Istanbul's Art Scene Makes A Long-Awaited Comeback

BY Osman Can Yerebakan / Oct 16 2019 / 16:22 PM

New iterations of Contemporary Istanbul and Istanbul Biennial coincide with the opening of new Arter building, bringing attention to the city’s art scene after a long hiatus

Istanbul's Art Scene Makes A Long-Awaited Comeback
Photo by M Sercan Karatas, Ibrahim Esmer 31
An installation view of contemporary Istanbul 2019

During the first half of September, Istanbul art scene was revived by coinciding openings of the 14th Contemporary Istanbul, 16th edition of Istanbul Biennial, entitled The Seventh Continent, and unveiling of Arter, a foremost contemporary art museum that reappeared in its Grimshaw Architects-designed six-story building in historic Romani district, Dolapdere .

Each tapping into a mainstay for today’s art world, openings of a fair, biennial and museum gave the city an unparalleled opportunity to prove its geographic and historic importance in the cultural arena.     

A leading contemporary art fair both for European and Asian markets, Contemporary Istanbul promised hope this year with 70 galleries from 21 countries at its longterm venue, Istanbul Convention and Exhibition Center. The fair’s chairman Ali Güreli underlined the importance of the fair for Istanbul: “CI brand belongs to this city located at a geographically strategical area.

An exhibition view of Sarp Kerem Yavuz's I think the Sultan knows about us

Whenever we make a decision, we have to think twice for the sake of Istanbul.” The fair’s highlights included notable booths from local fixtures, such as Sanatorium, where legendary Turkish artist Gülsün Karamustafa’s intricate paper cut-out collages and elegant ceramic figures built an unexpected comparison to digitally-rendered lustful images of new generation artist Kerem Ozan Bayraktar, whose solo exhibition occupies the gallery’s Karaköy space. Another longstanding Istanbul gallery Galerist also juxtaposed luscious works by various media and styles from its roster, treating fairgoers with Semiha Berksoy’s 1959 oil on harboard self portrait, entitled Daima Koray, adjacent to Rasim Aksan’s hyperrealistic painting of a woman’s unclipped bra, Untitled (2019).

In Ortaköy neighborhood, New York-based Turkish artist Sarp Kerem Yavuz presented his solo exhibition, I think the Sultan knows about us, organized by Valentino’s former creative director Angelo Bucarelli, at the historic hamam Hüsrev Kethüda, designed by foremost Ottoman era architect Mimar Sinan, as part of the fair’s opening party.

An installation view of contemporary Istanbul 2019

Organized by French curator Nicolas Bourriaud, The Seventh Continent aims to serve a wakeup call for natural decline through artworks that assume environmental consciousness through direct or allegorical styles. With direct reference to a continent-like 3.4 million square kilometer waste floating across the Pacific Ocean, the exhibition occupies all four floors of the Painting and Sculpture Museum of Mimar Sinan Fine Arts University as its core venue as well as Pera Museum, located on the border of the famed Istiklal Street, and Büyükada, the largest of the nine Princes’ Islands in the Marmara Sea.

The intergenerational artist list includes Korakrit Arunanondchai, Agnieszka Kurant, Tala Madani, Paul Sietsema and Glenn Ligon, as well as Turkish artists Deniz Aktaş, Özlem Altın and Elmas Deniz calling out the pressing numbness towards climate change and compiling waste using troubled social and economic landscapes around the globe as backdrops.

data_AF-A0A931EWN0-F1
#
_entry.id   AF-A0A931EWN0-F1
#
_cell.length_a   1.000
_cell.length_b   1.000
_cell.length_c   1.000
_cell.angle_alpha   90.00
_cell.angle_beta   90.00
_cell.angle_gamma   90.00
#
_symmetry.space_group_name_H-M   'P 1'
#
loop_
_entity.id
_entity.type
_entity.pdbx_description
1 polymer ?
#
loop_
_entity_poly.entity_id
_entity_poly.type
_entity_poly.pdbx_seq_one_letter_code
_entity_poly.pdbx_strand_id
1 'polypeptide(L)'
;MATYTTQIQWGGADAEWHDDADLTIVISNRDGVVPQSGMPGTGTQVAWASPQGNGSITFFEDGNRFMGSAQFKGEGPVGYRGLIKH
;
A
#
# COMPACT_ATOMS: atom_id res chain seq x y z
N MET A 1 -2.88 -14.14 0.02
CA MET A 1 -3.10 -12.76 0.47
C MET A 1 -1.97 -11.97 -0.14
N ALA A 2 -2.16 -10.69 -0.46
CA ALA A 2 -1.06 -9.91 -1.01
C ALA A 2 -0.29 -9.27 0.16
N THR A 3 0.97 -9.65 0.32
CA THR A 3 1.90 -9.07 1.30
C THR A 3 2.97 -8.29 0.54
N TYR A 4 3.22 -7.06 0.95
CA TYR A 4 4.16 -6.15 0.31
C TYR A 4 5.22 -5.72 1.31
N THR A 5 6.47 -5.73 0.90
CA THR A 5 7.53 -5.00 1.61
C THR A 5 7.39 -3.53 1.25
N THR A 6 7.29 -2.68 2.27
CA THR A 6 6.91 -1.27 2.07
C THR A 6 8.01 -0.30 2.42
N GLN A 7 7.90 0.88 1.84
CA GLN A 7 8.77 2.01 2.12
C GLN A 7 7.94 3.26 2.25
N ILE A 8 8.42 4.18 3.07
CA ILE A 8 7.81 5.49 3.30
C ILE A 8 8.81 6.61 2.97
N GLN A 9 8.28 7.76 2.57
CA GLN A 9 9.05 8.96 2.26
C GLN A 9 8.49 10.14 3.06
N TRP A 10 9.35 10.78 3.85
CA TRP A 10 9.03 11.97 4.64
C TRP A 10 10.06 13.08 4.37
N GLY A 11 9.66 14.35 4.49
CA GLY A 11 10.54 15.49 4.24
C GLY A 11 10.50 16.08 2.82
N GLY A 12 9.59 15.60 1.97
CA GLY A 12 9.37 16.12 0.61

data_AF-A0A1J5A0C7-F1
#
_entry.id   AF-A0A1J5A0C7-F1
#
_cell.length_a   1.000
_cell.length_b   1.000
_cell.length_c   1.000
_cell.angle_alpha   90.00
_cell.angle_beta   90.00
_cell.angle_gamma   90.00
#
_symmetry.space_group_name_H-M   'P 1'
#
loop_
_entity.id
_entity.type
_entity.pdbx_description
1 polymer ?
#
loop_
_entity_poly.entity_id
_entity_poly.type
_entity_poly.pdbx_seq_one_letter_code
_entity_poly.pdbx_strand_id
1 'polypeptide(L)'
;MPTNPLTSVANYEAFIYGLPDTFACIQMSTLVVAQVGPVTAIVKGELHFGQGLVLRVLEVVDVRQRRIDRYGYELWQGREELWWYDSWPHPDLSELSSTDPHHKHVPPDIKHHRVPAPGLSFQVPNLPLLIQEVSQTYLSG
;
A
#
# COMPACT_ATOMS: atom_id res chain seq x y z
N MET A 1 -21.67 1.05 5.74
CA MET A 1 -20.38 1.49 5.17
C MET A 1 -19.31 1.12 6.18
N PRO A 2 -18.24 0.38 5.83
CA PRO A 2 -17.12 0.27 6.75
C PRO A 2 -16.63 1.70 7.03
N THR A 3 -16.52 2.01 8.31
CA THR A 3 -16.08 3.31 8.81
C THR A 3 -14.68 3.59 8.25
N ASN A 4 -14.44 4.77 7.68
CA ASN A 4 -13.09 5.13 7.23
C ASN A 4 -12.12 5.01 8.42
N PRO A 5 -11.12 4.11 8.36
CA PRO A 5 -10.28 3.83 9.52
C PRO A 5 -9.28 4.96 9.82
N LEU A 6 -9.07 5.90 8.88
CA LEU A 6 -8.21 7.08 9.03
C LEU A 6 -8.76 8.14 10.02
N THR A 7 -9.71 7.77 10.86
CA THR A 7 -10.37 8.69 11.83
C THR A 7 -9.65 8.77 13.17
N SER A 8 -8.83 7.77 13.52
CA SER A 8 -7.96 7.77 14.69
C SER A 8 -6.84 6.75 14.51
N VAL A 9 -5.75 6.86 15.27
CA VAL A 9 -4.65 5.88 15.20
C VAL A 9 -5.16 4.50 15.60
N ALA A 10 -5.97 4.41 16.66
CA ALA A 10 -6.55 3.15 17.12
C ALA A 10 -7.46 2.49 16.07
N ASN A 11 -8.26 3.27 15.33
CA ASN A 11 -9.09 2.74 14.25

An installation view of contemporary Istanbul 2019

American artist Radcliffe Bailey’s mournful mixed media sound installation, Mommo (2019), focuses on the water’s role in writing histories and occupies the main site’s third floor in the form of a semi-abstract wooden slave ship with seven white-hued plaster busts; British artist Simon Starling’s Infestation Piece (Mask for Istanbul) pays a subtle tribute to 2013’s brutal Gezi Park protests with a sculpture of a gas mask shrouded by zebra mussels.

Arter claims its spot as the country’s leading contemporary art museum, erecting with its cage-like glass fiber façade amidst the rapidly-mushrooming high rises and colorful houses resided by the quarter’s historic community.

Home to the robust modern and contemporary collection of the fifty-year-old Vehbi Koç Foundation, the museum boasts an international “who’s who” of recent art history, manifested in the museum’s total of seven-exhibitions, which include solos dedicated to Turkish doyens Ayse Erkmen and Altan Gürman in addition to group exhibitions that approach the 1300-artwork collection through various critical angles to observe Turkey’s cultural and political transformation since the early 20th century.

The exterior of Contemporary Istanbul 2019

Photo by M Sercan Karatas, Ibrahim Esme

Founding director Melih Fereli aims to utilize the building’s multifaceted architecture for an equally multidisciplinary educational platform, and says, “There will be more and better opportunities for new artistic production across a variety of disciplines in the form of co-productions with local and international institutions. A dynamic and extensive learning programme that seeks to provoke curiosity will facilitate debate around art on all levels, professional or otherwise.”

The general consensus among art-goers for the most part remained on a positive side for the city’s future, proven by the crowds populating the fair’s booths and the biennial’s galleries, with concerns on the sustainability of such a revival during uncertainty of the national economy.